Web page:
Far From The Madding Crowd / Thomas Hardy

It had been decades since I last read a Thomas Hardy novel. Now, picking up Far from the Madding Crowd, I was surprised at how clunky his prose often struck me. And yet, embedded throughout are descriptive turns of phrases that delight the mind’s ear.

In this book, for the first time, Hardy adopted the term “Wessex” to designate the geographical area for the story’s location. It is the location in which he was to set a good many of his future novels. Published as a serial in 1874, the story is quite straightforward, describing a lover’s advances rebuffed and his patience rewarded in the final chapter. The heroine, Bathsheba, struck me as selfish woman who plays fast and loose with Gabriel Oak, a shepherd who is hopelessly devoted to her. While an admirable suitor, he also comes across as too saint-like to be totally believable.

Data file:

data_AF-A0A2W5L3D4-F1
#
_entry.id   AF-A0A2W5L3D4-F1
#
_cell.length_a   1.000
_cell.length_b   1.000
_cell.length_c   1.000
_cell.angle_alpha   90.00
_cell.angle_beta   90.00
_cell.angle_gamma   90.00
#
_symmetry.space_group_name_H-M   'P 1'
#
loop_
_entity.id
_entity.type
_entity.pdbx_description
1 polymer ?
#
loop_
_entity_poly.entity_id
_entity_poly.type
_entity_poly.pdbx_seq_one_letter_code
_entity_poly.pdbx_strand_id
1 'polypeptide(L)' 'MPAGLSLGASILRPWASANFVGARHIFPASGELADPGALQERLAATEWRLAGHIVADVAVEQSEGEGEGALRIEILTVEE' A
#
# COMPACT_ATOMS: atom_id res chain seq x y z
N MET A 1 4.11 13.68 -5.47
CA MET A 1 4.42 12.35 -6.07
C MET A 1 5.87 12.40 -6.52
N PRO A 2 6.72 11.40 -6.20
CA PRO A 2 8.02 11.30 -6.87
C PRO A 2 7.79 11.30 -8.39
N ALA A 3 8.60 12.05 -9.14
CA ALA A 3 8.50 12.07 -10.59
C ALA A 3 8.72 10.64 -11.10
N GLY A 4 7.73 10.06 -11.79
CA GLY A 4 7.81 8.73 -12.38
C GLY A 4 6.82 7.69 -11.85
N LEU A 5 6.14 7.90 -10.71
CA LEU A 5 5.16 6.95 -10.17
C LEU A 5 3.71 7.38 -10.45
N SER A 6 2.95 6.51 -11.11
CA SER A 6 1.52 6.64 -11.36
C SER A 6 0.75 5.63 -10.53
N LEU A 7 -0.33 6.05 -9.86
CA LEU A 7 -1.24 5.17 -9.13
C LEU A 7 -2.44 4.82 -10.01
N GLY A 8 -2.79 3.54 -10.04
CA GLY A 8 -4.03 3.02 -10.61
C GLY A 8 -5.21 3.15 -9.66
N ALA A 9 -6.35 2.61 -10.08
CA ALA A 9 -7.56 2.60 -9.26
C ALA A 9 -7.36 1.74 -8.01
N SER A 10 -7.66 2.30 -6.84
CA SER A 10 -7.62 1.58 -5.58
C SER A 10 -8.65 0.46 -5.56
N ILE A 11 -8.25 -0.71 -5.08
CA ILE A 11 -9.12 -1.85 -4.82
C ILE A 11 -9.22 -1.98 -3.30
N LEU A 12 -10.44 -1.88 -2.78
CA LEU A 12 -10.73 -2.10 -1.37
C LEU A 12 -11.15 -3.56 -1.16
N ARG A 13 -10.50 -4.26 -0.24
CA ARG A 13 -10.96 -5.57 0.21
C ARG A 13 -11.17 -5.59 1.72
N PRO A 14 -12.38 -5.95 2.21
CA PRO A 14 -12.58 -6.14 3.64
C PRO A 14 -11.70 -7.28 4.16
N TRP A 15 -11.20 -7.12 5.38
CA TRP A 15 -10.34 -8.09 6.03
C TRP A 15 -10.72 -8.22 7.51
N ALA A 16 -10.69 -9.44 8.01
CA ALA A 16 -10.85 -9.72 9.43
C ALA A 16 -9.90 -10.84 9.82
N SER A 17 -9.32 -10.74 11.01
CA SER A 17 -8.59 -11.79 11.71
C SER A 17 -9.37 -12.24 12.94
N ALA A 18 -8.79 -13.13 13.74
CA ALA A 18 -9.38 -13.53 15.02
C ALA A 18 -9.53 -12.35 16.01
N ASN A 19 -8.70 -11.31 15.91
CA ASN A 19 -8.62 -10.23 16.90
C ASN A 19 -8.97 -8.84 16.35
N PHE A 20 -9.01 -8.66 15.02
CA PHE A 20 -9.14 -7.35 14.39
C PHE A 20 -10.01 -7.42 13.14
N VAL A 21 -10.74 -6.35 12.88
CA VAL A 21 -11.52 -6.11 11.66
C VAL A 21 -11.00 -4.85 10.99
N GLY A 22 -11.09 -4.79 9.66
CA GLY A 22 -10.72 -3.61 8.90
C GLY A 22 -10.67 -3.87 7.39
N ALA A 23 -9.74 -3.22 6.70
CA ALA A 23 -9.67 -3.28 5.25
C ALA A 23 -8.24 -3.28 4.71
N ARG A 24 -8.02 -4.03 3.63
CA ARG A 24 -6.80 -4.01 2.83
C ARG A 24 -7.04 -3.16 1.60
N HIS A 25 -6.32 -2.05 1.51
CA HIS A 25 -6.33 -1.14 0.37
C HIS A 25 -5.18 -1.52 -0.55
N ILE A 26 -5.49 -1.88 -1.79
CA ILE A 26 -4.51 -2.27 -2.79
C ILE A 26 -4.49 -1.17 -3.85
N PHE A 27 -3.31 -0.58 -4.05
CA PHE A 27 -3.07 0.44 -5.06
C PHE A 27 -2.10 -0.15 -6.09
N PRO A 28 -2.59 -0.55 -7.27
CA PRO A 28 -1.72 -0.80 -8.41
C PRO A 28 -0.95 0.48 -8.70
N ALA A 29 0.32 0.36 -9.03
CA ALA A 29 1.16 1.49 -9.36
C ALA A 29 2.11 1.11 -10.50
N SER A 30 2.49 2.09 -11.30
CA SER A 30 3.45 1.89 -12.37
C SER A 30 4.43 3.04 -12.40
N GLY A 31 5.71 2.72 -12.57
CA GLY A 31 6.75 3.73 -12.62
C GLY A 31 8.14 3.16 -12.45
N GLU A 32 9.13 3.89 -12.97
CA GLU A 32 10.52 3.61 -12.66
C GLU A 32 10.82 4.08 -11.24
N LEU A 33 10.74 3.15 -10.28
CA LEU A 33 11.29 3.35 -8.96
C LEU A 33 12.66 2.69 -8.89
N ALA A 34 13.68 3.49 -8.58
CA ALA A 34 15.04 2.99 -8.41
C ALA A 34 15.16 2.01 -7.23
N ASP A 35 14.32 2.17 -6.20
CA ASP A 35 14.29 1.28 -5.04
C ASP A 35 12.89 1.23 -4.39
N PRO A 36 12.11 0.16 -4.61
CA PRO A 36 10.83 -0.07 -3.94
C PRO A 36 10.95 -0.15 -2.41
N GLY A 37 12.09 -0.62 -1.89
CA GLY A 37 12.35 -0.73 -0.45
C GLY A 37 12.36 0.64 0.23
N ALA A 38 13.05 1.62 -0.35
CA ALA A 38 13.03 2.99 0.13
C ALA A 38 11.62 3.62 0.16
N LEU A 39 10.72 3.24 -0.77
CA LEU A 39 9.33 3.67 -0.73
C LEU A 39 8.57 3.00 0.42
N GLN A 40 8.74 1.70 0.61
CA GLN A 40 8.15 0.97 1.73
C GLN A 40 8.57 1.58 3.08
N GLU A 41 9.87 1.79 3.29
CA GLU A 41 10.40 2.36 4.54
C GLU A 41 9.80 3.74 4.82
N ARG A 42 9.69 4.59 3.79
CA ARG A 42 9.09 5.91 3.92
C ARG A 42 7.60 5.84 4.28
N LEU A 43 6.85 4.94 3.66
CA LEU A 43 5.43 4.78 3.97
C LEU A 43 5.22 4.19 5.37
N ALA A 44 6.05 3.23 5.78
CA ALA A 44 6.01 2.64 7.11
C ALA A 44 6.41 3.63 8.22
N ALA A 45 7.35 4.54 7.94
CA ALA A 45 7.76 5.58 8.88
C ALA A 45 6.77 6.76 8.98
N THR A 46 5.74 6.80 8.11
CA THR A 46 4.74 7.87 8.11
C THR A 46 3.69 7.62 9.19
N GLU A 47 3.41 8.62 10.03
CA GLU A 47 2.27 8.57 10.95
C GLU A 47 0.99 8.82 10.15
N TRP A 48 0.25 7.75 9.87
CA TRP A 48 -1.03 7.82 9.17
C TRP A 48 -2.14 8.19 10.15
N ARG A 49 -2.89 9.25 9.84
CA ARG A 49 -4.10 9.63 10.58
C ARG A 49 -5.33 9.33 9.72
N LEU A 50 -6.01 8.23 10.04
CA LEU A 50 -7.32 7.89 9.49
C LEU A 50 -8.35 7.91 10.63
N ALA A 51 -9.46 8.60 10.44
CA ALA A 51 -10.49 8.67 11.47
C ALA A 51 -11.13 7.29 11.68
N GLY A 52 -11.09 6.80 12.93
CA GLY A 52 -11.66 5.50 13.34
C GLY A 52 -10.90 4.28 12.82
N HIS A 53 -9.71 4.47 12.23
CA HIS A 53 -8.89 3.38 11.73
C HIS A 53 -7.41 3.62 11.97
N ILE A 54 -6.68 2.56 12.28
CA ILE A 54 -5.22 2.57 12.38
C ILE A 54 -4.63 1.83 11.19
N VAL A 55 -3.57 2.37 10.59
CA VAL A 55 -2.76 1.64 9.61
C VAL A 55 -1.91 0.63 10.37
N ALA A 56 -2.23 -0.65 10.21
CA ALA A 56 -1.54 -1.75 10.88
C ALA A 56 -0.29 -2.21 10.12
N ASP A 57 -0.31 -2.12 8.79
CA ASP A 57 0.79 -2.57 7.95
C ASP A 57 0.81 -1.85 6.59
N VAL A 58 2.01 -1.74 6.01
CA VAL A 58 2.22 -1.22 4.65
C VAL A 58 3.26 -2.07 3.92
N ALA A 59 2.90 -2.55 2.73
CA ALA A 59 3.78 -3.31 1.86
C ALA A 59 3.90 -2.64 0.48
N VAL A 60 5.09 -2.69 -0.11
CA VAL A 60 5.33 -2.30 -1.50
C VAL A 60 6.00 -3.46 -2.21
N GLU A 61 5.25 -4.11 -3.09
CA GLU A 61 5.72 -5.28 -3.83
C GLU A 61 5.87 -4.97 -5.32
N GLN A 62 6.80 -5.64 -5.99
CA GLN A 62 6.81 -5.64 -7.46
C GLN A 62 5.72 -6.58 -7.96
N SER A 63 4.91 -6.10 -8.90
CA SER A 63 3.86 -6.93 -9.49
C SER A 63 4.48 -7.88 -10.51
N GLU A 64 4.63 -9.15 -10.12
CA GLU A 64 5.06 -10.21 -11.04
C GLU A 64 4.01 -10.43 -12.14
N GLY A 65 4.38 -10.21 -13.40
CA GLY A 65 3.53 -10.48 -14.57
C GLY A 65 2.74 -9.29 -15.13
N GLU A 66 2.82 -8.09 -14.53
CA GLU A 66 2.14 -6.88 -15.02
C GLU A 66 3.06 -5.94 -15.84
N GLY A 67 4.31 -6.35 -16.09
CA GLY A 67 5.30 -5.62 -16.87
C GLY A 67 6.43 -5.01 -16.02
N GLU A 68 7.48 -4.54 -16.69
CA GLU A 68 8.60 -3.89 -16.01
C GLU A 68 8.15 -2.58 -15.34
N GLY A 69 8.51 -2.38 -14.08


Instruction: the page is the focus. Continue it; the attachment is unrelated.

What has delighted readers through the years is the rich atmosphere that Hardy presents as a backdrop. The locale is a remote agricultural district in southwestern England. It brings to life the rhythms of an agrarian culture that was already fast disappearing at the time the book was written. The rural people described come across as wise philosophers, and their lives are portrayed as essentially untroubled. Even if a pipedream, Hardy’s Wessex is a place we all want to believe existed, once upon a time.

While the topic of Far from the Madding Crowd is a serious one, like Dickens before him, the author is astute enough to introduce comical moments to lighten the piece. While the story itself is rather pedestrian, it does vividly capture the scents and views of a world far removed from our own. The pastoral landscape he presents continues to speak to the heart. Hardy’s great achievement is bringing his Eden, this Wessex, alive on the page.


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